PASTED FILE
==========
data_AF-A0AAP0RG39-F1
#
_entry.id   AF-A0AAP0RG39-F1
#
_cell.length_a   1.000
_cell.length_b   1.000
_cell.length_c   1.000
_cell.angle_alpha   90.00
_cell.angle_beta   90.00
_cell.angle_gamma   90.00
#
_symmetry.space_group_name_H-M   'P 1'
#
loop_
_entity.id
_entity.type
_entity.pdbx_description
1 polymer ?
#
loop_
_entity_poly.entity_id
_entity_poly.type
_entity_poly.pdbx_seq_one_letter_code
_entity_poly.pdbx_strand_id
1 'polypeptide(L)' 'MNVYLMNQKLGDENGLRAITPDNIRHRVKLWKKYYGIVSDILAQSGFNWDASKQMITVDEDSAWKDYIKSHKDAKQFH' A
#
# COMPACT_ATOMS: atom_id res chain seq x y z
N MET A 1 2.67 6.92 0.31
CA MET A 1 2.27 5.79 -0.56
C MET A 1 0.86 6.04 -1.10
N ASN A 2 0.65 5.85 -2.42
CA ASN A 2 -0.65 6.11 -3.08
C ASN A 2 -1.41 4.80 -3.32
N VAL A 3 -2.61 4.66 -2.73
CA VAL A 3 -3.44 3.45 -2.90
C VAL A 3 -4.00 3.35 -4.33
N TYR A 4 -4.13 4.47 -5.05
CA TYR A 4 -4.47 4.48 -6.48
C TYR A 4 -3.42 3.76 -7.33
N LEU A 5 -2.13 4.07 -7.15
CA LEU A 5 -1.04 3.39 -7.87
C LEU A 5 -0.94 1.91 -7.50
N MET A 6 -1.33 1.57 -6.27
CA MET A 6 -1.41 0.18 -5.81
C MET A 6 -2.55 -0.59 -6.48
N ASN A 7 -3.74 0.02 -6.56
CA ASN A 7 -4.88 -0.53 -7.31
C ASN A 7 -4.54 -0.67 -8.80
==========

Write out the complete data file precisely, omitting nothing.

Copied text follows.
data_AF-A0AAP0RG39-F1
#
_entry.id   AF-A0AAP0RG39-F1
#
_cell.length_a   1.000
_cell.length_b   1.000
_cell.length_c   1.000
_cell.angle_alpha   90.00
_cell.angle_beta   90.00
_cell.angle_gamma   90.00
#
_symmetry.space_group_name_H-M   'P 1'
#
loop_
_entity.id
_entity.type
_entity.pdbx_description
1 polymer ?
#
loop_
_entity_poly.entity_id
_entity_poly.type
_entity_poly.pdbx_seq_one_letter_code
_entity_poly.pdbx_strand_id
1 'polypeptide(L)' 'MNVYLMNQKLGDENGLRAITPDNIRHRVKLWKKYYGIVSDILAQSGFNWDASKQMITVDEDSAWKDYIKSHKDAKQFH' A
#
# COMPACT_ATOMS: atom_id res chain seq x y z
N MET A 1 2.67 6.92 0.31
CA MET A 1 2.27 5.79 -0.56
C MET A 1 0.86 6.04 -1.10
N ASN A 2 0.65 5.85 -2.42
CA ASN A 2 -0.65 6.11 -3.08
C ASN A 2 -1.41 4.80 -3.32
N VAL A 3 -2.61 4.66 -2.73
CA VAL A 3 -3.44 3.45 -2.90
C VAL A 3 -4.00 3.35 -4.33
N TYR A 4 -4.13 4.47 -5.05
CA TYR A 4 -4.47 4.48 -6.48
C TYR A 4 -3.42 3.76 -7.33
N LEU A 5 -2.13 4.07 -7.15
CA LEU A 5 -1.04 3.39 -7.87
C LEU A 5 -0.94 1.91 -7.50
N MET A 6 -1.33 1.57 -6.27
CA MET A 6 -1.41 0.18 -5.81
C MET A 6 -2.55 -0.59 -6.48
N ASN A 7 -3.74 0.02 -6.56
CA ASN A 7 -4.88 -0.53 -7.31
C ASN A 7 -4.54 -0.67 -8.80